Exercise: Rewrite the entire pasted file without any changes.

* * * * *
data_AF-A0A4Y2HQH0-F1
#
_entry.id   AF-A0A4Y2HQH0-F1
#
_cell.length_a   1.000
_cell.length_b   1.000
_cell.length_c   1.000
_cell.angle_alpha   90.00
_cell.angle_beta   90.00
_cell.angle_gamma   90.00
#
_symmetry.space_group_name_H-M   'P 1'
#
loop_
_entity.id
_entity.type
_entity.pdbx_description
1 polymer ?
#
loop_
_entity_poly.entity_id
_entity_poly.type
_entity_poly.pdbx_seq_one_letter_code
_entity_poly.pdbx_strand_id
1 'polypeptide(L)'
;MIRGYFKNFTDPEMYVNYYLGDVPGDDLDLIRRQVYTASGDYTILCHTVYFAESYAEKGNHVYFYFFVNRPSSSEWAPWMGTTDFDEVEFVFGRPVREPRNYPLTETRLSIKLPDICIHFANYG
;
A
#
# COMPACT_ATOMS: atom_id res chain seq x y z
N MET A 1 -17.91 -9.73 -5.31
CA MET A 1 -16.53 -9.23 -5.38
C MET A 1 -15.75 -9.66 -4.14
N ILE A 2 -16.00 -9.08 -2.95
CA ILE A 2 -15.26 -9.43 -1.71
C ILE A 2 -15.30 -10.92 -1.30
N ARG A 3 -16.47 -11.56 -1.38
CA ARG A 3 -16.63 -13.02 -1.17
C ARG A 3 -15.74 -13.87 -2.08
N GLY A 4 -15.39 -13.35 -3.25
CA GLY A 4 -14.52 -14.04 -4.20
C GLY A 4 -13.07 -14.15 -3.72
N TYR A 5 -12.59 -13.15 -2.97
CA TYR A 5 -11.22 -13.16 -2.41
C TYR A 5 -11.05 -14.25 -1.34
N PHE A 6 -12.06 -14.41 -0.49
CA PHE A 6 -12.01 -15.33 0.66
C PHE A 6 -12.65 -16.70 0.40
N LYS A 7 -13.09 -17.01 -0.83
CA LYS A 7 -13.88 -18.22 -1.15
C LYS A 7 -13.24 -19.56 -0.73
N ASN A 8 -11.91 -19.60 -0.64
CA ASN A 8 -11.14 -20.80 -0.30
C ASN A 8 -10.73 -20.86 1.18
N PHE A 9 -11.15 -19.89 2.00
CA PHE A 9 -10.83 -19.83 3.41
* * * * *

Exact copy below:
data_AF-A0A4Y2HQH0-F1
#
_entry.id   AF-A0A4Y2HQH0-F1
#
_cell.length_a   1.000
_cell.length_b   1.000
_cell.length_c   1.000
_cell.angle_alpha   90.00
_cell.angle_beta   90.00
_cell.angle_gamma   90.00
#
_symmetry.space_group_name_H-M   'P 1'
#
loop_
_entity.id
_entity.type
_entity.pdbx_description
1 polymer ?
#
loop_
_entity_poly.entity_id
_entity_poly.type
_entity_poly.pdbx_seq_one_letter_code
_entity_poly.pdbx_strand_id
1 'polypeptide(L)'
;MIRGYFKNFTDPEMYVNYYLGDVPGDDLDLIRRQVYTASGDYTILCHTVYFAESYAEKGNHVYFYFFVNRPSSSEWAPWMGTTDFDEVEFVFGRPVREPRNYPLTETRLSIKLPDICIHFANYG
;
A
#
# COMPACT_ATOMS: atom_id res chain seq x y z
N MET A 1 -17.91 -9.73 -5.31
CA MET A 1 -16.53 -9.23 -5.38
C MET A 1 -15.75 -9.66 -4.14
N ILE A 2 -16.00 -9.08 -2.95
CA ILE A 2 -15.26 -9.43 -1.71
C ILE A 2 -15.30 -10.92 -1.30
N ARG A 3 -16.47 -11.56 -1.38
CA ARG A 3 -16.63 -13.02 -1.17
C ARG A 3 -15.74 -13.87 -2.08
N GLY A 4 -15.39 -13.35 -3.25
CA GLY A 4 -14.52 -14.04 -4.20
C GLY A 4 -13.07 -14.15 -3.72
N TYR A 5 -12.59 -13.15 -2.97
CA TYR A 5 -11.22 -13.16 -2.41
C TYR A 5 -11.05 -14.25 -1.34
N PHE A 6 -12.06 -14.41 -0.49
CA PHE A 6 -12.01 -15.33 0.66
C PHE A 6 -12.65 -16.70 0.40
N LYS A 7 -13.09 -17.01 -0.83
CA LYS A 7 -13.88 -18.22 -1.15
C LYS A 7 -13.24 -19.56 -0.73
N ASN A 8 -11.91 -19.60 -0.64
CA ASN A 8 -11.14 -20.80 -0.30
C ASN A 8 -10.73 -20.86 1.18
N PHE A 9 -11.15 -19.89 2.00
CA PHE A 9 -10.83 -19.83 3.41